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Lion Farms, LLC owned and operated a dried-on-the-vine raisin vineyard in Madera County (Cottonwood Ranch), at which Lion’s employee Isaac Rey Barrientos worked.

On June 10, 2015, Barrientos was killed when he lost control of the Lion-owned ATV he was riding in the vineyard to service Lion’s portable toilets, and the ATV’s right front tire hit an eye ring grape stake, ejecting Barrientos off of the vehicle.

The June 12, 2015, Merced County Sheriff’s Office Report of Autopsy and the Madera County Certificate of Vital Record listed “blunt impact thoracospinal injuries” (not a head injury) as Barrientos’s cause of death. He was not wearing a helmet at the time of his fatal accident.

While Barrientos’s death was not due to the absence of head protection, Division Associate Safety Engineer Randy Chase found that wearing helmets while riding ATV’s would reduce the inherent risk of head injury. However, Chase also found that Lion had no written certification of having conducted a workplace hazard assessment and no requirement that its employees wear helmets as PPE while riding ATV’s.

Lion was therefore cited for violations of workplace safety regulations by the Division of Occupational Safety and Health.

Lion challenged the citations and the penalties by filing an appeal with the Board. Lion engaged the services of a retained industrial safety expert, who opined in his prepared report that a helmet would represent a hazard in itself and should never be worn while riding an ATV in and under the raisin vine “canopy” of hanging fruit and canes, as a helmet would “most probably become tangled within the vines and pull the rider off the vehicle, causing severe injury or death.”

Following the hearings, the ALJ upheld the citations, and reconsideration was denied. Lion filed its petition for writ of administrative mandate with the trial court, which was denied after a hearing on the merits. The Court of Appeal affirmed the citations in the unpublished case of Lion Farms v. Cal Occupational Safety and Health etc.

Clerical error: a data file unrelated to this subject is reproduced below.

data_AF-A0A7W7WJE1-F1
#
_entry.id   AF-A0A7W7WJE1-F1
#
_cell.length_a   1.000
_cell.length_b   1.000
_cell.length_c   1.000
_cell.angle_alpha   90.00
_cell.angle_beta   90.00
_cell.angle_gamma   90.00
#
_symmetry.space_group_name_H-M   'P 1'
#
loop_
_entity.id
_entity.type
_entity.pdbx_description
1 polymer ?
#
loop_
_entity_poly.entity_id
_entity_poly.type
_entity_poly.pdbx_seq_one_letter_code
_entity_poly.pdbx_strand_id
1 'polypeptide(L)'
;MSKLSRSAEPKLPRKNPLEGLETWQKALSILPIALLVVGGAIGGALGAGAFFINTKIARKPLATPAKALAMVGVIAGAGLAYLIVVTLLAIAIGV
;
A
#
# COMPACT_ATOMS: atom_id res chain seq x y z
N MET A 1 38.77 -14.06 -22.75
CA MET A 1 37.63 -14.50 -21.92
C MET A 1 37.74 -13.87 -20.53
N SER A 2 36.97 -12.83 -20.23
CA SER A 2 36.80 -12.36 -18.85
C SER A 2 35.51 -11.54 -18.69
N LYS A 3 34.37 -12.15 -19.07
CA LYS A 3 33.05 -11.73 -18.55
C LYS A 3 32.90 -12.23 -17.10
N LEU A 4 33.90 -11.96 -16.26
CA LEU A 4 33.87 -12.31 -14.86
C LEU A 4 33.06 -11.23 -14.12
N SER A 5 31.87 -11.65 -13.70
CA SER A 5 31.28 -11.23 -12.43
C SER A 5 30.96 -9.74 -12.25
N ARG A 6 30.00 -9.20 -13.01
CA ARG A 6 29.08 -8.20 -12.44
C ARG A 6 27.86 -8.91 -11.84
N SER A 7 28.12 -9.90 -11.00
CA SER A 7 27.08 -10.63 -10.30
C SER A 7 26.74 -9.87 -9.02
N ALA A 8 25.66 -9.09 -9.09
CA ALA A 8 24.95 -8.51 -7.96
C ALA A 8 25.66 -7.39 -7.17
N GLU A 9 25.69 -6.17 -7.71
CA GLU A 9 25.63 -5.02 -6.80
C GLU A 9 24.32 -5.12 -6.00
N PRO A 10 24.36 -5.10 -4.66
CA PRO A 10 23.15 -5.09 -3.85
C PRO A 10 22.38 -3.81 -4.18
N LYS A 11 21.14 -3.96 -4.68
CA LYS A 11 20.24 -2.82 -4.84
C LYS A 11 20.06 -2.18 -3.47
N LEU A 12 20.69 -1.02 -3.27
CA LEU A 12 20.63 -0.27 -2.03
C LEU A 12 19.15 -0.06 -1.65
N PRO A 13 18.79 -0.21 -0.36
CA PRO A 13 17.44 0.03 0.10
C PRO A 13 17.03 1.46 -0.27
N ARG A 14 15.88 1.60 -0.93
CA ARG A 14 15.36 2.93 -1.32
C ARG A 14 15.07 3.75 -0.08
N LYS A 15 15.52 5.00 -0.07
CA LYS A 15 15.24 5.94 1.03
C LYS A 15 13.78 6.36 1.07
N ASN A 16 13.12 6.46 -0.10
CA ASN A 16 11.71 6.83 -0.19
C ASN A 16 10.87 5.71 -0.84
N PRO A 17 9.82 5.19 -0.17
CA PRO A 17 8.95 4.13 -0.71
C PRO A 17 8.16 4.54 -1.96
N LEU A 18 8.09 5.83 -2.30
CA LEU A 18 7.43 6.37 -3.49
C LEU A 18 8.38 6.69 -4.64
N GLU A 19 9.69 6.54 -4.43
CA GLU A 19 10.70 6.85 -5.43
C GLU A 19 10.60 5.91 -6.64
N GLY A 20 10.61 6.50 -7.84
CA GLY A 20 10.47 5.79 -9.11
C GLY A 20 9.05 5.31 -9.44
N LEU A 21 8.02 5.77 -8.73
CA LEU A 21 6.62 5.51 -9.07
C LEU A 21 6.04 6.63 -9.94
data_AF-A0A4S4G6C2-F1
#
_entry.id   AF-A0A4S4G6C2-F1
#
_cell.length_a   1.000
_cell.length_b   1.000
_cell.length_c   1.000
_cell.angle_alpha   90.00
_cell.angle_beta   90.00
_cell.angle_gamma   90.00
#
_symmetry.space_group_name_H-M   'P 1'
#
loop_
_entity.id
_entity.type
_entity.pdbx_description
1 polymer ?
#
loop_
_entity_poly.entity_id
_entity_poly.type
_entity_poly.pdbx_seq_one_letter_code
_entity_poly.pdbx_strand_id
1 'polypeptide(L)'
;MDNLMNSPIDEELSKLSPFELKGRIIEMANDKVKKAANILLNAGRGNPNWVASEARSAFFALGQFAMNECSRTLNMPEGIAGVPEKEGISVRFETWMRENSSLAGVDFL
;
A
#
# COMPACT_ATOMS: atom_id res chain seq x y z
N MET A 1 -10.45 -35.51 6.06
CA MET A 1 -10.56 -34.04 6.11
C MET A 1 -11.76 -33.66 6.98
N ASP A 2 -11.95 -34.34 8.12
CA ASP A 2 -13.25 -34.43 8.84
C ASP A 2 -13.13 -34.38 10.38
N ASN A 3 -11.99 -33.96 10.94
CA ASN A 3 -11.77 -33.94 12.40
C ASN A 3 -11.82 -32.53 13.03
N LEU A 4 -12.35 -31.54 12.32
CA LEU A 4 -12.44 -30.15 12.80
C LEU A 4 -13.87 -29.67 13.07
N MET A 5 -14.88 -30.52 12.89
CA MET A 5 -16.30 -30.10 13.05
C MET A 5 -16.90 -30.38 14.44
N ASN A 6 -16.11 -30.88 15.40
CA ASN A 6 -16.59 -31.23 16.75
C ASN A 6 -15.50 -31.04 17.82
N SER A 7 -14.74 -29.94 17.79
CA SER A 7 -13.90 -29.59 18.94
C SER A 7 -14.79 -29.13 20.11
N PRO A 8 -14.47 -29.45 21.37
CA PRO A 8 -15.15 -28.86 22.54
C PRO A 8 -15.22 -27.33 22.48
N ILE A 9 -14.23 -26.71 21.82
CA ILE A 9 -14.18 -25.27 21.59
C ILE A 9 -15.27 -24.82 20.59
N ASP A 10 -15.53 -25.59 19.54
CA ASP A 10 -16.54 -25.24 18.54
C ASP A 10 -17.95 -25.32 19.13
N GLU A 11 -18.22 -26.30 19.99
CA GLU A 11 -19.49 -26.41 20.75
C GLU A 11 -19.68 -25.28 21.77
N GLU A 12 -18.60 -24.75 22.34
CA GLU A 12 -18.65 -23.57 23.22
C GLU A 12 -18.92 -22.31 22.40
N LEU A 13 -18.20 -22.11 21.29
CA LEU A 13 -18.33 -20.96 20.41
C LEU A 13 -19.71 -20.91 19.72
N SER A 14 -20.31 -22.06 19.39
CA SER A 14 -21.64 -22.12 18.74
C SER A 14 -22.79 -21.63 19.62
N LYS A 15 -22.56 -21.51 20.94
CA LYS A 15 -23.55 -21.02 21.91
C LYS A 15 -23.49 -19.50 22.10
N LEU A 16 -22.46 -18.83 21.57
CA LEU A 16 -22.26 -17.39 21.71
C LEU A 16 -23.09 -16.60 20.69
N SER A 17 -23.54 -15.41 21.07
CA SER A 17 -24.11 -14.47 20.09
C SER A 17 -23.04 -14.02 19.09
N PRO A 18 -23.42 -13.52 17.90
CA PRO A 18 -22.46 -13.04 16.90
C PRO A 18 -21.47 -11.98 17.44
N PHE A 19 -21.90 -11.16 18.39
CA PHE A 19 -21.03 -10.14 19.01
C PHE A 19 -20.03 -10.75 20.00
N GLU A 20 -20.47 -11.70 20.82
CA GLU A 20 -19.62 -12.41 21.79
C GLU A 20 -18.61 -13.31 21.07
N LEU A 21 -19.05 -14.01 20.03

Among other issues, Lion claimed that section 3380 (particularly with respect to PPE required in the context of ATV usage in agricultural settings), as applied on the facts and circumstances of this case violated Lion’s substantive due process protections because the regulations were unconstitutionally vague and ambiguous. The Court of Appeal rejected this argument.

An administrative regulation violates due process of law if it forbids or requires the doing of an act in terms so vague that persons of common intelligence must necessarily guess at its meaning and differ as to its application. In considering a vagueness challenge to an administrative regulation, courts do not view the regulation in the abstract; rather they consider whether it is vague when applied to the complaining party’s conduct in light of the specific facts of the particular case. Standards under a regulation may be refined and developed on a case-by-case basis.

Section 3380(f)(1)(A)’s requirement that employers assess their workplaces to determine if hazards necessitating the use of PPE are present or likely to be present (and if such a determination is affirmatively made, select and make available the types of PPE that will protect affected employees from the hazards identified in the workplace assessment) is not impermissibly vague.